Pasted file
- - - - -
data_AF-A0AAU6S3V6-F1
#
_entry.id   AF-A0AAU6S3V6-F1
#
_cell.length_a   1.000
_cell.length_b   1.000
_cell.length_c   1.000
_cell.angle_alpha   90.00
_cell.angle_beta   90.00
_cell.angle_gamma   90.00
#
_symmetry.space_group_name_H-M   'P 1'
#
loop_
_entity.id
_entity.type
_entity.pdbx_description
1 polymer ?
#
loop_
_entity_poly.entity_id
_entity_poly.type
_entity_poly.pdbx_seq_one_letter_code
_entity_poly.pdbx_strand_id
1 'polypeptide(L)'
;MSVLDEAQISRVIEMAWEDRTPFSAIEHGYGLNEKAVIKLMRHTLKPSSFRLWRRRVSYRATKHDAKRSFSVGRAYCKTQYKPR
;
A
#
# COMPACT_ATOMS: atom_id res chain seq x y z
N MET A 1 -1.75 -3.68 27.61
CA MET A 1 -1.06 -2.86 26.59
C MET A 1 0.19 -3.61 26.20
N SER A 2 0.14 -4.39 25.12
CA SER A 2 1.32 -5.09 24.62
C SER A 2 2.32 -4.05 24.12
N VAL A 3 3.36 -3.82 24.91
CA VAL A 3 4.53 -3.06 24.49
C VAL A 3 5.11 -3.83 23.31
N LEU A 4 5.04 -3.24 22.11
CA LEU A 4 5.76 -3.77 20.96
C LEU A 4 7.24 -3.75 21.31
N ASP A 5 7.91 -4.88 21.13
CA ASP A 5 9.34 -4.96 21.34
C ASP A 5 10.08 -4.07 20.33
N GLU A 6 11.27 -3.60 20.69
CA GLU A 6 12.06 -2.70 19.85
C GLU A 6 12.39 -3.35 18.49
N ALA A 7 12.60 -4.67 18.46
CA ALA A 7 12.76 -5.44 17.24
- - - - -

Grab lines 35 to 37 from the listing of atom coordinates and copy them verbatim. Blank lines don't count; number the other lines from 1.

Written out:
CA SER A 2 1.32 -5.09 24.62
C SER A 2 2.32 -4.05 24.12
N VAL A 3 3.36 -3.82 24.91